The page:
A bit of background
Python2 and 3 are in many ways separate languages. For configuration and use definitely consider them as separate. The code you read and write is very similar though.
Python 2 is not supported (by python.org) from 1/1/20. That is no bug fixes etc. So you should not be using it.
Due to the difference you need separate pip versions. The standard macOS way is pip and python are links to the Python 2 versions. python3 and pip3 are the links to the Python 3 versions.
As usual with software supplied with macOS you do not upgrade Apple versions of software. However you can install other versions as well as the Apple versions. In fact the normal advice from python users is not to use Apple's versions but use another one.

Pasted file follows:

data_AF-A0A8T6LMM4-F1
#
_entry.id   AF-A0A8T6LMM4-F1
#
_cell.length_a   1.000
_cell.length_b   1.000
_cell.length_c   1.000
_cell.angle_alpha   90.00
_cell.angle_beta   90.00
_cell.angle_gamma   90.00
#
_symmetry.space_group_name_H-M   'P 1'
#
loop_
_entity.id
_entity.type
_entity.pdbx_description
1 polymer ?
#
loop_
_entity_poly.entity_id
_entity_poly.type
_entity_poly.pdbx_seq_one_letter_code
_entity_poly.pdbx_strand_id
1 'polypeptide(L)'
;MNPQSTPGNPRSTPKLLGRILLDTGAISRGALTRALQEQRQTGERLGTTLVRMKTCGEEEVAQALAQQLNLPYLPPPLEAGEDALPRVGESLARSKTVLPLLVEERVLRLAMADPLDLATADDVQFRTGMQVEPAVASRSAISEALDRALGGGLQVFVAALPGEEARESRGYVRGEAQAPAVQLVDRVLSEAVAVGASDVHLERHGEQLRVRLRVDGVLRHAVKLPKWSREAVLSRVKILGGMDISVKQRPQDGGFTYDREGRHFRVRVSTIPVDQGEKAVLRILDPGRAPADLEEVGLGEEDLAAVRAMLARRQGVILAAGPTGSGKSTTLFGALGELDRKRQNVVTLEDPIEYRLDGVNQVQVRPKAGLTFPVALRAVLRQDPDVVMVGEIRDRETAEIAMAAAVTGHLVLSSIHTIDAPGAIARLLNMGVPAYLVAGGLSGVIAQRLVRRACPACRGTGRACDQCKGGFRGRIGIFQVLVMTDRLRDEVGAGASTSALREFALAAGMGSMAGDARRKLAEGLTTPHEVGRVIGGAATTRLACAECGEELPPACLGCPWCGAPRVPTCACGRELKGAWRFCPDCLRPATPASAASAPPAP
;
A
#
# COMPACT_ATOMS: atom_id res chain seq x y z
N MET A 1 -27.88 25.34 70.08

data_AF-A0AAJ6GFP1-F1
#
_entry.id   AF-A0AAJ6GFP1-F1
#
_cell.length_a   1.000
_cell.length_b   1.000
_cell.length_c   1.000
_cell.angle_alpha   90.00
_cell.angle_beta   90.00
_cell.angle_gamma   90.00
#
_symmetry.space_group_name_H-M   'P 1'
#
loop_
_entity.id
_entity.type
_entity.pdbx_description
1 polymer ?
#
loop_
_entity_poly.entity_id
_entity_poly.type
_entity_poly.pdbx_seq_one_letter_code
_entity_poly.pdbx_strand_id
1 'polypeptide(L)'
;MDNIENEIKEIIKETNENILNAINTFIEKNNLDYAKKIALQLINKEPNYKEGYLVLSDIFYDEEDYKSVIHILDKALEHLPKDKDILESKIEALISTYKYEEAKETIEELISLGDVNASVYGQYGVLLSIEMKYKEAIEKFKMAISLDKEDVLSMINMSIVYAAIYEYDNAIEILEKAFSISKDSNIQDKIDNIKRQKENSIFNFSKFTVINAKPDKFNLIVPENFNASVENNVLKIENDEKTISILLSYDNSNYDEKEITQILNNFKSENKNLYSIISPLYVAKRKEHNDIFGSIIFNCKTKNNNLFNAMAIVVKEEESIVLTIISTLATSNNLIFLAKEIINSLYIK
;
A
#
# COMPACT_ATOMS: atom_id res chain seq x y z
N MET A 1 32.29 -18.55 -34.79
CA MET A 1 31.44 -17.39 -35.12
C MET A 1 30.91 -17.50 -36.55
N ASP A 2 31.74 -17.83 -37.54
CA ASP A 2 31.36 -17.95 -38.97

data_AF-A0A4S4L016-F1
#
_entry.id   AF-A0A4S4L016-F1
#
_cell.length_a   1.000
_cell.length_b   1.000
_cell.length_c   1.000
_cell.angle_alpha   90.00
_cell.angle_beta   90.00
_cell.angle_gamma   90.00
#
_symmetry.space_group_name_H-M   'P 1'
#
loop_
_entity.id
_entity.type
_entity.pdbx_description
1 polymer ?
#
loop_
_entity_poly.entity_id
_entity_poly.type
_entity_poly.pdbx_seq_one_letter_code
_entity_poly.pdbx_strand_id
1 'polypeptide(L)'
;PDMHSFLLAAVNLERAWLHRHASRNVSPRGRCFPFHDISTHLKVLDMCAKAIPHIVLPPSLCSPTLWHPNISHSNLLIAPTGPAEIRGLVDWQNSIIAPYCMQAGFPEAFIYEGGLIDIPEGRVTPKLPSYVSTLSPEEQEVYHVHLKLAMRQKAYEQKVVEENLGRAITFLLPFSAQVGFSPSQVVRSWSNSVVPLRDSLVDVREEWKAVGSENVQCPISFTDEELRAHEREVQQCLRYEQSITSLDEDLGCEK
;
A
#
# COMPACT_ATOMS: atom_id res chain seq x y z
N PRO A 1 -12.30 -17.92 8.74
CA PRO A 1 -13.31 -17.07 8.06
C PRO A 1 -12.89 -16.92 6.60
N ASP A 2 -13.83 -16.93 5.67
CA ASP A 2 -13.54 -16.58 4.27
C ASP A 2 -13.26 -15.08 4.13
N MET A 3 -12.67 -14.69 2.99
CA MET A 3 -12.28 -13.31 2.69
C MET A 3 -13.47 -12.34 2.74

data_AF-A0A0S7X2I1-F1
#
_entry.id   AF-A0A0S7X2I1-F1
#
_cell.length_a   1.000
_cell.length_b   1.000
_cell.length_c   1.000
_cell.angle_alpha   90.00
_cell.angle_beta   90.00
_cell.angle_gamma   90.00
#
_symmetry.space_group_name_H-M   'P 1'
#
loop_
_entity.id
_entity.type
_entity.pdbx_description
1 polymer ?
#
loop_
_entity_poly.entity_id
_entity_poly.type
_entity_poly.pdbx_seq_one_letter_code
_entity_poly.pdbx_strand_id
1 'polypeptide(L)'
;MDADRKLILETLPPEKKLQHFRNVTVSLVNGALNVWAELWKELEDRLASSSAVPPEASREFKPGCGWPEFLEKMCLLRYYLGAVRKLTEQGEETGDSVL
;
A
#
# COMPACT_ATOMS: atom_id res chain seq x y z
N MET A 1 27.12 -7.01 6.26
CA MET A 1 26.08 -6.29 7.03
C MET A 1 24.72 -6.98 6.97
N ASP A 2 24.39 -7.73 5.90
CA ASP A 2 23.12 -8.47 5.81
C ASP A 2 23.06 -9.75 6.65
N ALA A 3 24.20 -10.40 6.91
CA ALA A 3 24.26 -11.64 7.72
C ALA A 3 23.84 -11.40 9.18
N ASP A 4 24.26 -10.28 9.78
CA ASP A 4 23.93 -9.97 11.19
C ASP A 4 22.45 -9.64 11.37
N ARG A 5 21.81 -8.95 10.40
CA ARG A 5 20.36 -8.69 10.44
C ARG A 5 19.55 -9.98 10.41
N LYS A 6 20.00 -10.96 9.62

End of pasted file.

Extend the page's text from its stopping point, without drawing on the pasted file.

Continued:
The alternatives are install via a general package manager e.g. MacPorts, HomeBrew, Fink or from python bases managers python.org or I use Conda especially if you use numpy etc. (it does have a version of tensorflow). python now comes with pyvenv and other tools to allow you to chose which version to use for a particular project, conda has a similar way of doing this, macports has a simple link allowing choice of one version or another globally and not by project.
There is no absolute way of seeing what uses python 2. However a reasonable guess is to look at the first line of each python file for the hash bang invocation. This tends to be
#!/usr/bin/env python for scripts that use python 2 - scripts using python3 will have 3 in the line.
Again no consistent way.
However the Apple recommendation is for apps that use an interpreter or runtime is to embed the interpreter into the app bundle - thus it is up to the application supplier to deal with python versions etc and the user does not need to and probably should not alter how the app is run.